The second studio visit was still with Tali but at a much quieter place, her home. Like the first time, we went to the subject without any detour. Within one and a half hour we finished our analysis on curatorial strategy, works to exhibit, and the potential venues to promote my project. She followed up with numerous emails once I finished the visit, with the contacts of all eventual institutions and organisations in partnership. I never encountered any other artist as generous as Tali, always ready to contribute with full energy, intelligence and high efficiency. As I mentioned in one of my previous articles, she has some special skills to conduct both her projects and her curators, but only for good.

    Comparing to the above-mentioned four artists, John F.Simon is the less communicated one in Curating Process. In a very honest way to say: I never felt the need to keep communicating with John as much as the others. Our key conversation happened a couple of months ago, during the lunch of LISA conference. During a half hour, I briefly explained my intention of organising Curating Process to John who was sitting next to me. All what he did was listening, and showing his interest to the project. By that time, I was a total stranger to him, and I had neither detailed plan nor artists in my project.

    John’s Divination Drawings is extremely powerful and straightforward. The work doesn’t require huge effort to understand, but remains curators’ strong interest with the way it’s been made. It’s almost impossible for curators to find an appropriate and meaningful way to interpret these drawings, as the process is based on such a long, pertinent and intense meditation practice that no curatorial model can faithfully materialise the process. Curators can brainstorm thousand themes to re-interpret these works, but the artist’s years practice is beyond the capacity of representation of any exhibition. Facing the entire body of these drawings is similar to assisting a ritual ceremony. How can you curate a ritual ceremony? In this sense, John’s work is the simplest to understand, but the most difficult to curate. And the artist doesn’t need to spend any time nor energy to make curators to seize the key point. This might be the reason that I never felt the need to have a deep communication with John. All has been told on my first sight on his drawings.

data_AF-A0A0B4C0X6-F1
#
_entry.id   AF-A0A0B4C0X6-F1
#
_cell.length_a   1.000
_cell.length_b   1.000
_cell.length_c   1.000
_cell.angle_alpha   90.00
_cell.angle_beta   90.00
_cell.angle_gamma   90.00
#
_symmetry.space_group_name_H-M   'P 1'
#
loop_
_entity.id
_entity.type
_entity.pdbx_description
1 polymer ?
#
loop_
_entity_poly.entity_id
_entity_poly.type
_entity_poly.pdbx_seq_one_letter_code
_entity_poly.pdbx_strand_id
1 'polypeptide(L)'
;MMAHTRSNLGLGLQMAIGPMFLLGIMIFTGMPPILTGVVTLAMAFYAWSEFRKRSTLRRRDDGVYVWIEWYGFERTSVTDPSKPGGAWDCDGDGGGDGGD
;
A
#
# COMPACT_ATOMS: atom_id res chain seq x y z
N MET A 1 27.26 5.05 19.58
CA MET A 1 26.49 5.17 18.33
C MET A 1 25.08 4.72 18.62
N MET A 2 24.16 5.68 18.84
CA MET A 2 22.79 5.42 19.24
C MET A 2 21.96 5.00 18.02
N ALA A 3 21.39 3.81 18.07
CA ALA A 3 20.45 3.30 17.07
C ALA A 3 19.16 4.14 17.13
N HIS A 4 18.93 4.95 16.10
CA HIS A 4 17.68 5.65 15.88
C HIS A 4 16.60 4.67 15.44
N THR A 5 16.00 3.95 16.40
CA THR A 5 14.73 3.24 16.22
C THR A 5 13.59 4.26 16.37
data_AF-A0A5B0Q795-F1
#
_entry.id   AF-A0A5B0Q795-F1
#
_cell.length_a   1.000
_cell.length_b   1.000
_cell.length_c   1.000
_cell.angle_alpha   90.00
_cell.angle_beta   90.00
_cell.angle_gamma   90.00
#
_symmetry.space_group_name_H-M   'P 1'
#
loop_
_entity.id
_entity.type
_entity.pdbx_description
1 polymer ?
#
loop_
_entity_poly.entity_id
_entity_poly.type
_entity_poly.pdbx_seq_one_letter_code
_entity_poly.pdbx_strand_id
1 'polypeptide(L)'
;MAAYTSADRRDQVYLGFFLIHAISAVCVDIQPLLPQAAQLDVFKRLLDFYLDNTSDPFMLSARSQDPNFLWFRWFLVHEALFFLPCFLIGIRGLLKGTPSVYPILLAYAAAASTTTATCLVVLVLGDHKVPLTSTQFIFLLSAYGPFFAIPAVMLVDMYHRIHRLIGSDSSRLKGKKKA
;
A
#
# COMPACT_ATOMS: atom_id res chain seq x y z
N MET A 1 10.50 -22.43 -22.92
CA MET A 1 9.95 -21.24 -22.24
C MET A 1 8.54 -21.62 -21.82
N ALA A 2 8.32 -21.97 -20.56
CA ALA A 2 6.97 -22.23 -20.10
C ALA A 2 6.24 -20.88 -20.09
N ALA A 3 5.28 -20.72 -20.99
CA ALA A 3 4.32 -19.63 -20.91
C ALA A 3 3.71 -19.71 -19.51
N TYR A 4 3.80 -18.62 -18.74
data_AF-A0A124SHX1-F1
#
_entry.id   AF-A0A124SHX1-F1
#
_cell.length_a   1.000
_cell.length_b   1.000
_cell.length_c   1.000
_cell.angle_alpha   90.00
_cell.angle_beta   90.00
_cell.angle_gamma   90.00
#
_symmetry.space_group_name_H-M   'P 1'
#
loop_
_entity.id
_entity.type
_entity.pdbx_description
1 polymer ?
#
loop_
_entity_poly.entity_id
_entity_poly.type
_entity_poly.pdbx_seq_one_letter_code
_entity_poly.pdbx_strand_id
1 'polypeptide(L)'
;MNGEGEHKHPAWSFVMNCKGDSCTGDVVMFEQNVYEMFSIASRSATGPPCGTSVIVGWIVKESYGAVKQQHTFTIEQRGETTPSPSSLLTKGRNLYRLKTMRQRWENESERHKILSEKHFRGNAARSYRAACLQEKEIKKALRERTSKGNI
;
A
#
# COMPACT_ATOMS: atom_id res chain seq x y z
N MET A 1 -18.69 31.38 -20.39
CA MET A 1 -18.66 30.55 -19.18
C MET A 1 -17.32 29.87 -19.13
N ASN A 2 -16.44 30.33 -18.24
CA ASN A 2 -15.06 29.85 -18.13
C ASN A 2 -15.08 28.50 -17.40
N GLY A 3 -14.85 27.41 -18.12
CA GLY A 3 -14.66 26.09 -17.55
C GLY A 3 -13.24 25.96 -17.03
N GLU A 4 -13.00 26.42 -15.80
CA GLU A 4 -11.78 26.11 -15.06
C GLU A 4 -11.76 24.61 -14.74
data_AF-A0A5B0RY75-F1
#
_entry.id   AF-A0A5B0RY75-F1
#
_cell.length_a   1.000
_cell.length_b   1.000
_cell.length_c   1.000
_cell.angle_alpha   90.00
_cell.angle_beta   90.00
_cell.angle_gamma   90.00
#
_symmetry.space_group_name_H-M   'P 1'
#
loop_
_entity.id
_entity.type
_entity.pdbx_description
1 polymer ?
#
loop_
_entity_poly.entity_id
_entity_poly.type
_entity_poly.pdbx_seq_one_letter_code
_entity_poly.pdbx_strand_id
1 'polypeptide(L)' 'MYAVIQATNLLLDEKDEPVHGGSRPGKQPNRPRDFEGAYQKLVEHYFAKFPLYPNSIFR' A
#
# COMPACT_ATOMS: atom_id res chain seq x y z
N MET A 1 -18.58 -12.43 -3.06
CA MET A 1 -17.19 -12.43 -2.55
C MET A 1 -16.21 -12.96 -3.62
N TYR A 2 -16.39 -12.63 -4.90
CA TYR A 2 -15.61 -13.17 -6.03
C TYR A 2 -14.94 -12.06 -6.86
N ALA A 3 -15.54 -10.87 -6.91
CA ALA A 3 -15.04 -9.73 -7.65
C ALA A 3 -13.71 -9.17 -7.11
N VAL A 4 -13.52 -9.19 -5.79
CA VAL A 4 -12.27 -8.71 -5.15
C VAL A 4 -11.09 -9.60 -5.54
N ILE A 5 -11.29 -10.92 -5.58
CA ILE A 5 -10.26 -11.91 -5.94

Artists’ book and writings

    I keep tracking the record of my own curatorial process by setting up an Artists’ book, and writing down regularly the new happenings on the project. The Artists’ book helps me to remember how wide my seeking for partner is going; the writing contains all little or big evolutions in the project, especially those events, incidents, experiences, fragments relating to my research on curatorial methodology. At the same time my artists go through their process of creating, I’m also making my path as a collaborator of their projects. Here I’d like to return to bitforms gallery and its owner, Steven Sacks, with the topic of the role of gallerists in media artists’ world.

    My first conversation with Steven Sacks happened at the end of 2013, in my first visit to his office on the top of his gallery space in Chelsea. Today when I re-listened to the recorded conversation, I realised that our first communication was quite intriguing, and successful, in the way that the ideas, concepts, core value that we shared in the conversation were literally the same. The key word – “collaborator” – didn’t come out from this conversation, but from one of the panel discussions that he assisted at a previous edition of Art Basel that I found online. It seems humble for a gallerist to position himself as the collaborator of the artists he’s producing and managing, although we all know that this is the truth. In relation to the project I’m setting up today, “collaborator” appears to me a good position as well.

    Yes, we collaborate with artists, in the similar way they collaborate with technologists and scientists. In our time, it’s about sharing, and collaborating, in no matter what field we are practicing our activities. Working as a curator, the best way to keep dialoguing with artists is no more about trying to manage them, but to be their partner. This is also the way for curators and artists to truly understand each other, which is the foundation for all successful projects.